The overall impression conveyed by the variety presented in this volume successfully challenges Marjorie Hope Nicolson's sweeping generalizations of 7 decades ago about the trek from “gloom to glory.” Although not easy to traverse, this volume's contributions to the project of complicating the story of the intellectual impacts of mountains on people over the last 2,400 years (or so) is well worth the attempt.

REFERENCE

1.

Marjorie Hope Nicolson. 1997. Mountain Gloom and Mountain Glory: The Development of the Aesthetics of the Infinite. Reprint(1st edition 1959). Seattle, WA: University of Washington Press. Google Scholar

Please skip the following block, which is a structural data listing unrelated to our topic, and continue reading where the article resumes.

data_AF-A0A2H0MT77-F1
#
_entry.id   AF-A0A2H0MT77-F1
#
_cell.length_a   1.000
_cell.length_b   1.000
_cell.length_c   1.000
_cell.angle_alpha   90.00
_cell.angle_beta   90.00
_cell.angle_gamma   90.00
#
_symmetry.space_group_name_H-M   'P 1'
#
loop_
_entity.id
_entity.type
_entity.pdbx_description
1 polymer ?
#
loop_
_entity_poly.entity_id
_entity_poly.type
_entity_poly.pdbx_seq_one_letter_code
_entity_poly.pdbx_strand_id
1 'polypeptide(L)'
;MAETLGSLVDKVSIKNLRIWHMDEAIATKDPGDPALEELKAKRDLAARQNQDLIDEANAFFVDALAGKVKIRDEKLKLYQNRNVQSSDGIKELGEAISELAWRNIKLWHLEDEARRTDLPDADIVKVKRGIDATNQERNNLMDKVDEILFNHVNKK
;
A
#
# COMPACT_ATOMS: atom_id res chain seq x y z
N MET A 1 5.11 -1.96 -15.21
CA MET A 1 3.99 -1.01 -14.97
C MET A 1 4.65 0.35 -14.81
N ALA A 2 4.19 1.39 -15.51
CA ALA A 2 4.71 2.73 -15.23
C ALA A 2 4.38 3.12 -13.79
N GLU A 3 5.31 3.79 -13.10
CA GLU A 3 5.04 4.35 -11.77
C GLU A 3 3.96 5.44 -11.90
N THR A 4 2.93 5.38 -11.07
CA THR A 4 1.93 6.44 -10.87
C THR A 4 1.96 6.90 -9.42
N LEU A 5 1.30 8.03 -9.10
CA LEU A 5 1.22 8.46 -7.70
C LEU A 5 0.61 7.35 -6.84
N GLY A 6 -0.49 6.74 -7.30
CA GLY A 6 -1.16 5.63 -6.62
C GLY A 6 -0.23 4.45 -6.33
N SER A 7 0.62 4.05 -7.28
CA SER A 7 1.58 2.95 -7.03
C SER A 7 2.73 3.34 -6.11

© 2022 Patrouch. This open access article is licensed under a Creative Commons Attribution 4.0 International License (http://creativecommons.org/licenses/by/4.0/). Please credit the authors and the full source.
Joseph F. Patrouch "Mountain Dialogues From Antiquity to Modernity. Edited by Dawn Hollis and Jason König," Mountain Research and Development 42(1), M1-M2, (10 February 2022). https://doi.org/10.1659/mrd.mm269.1
Published: 10 February 2022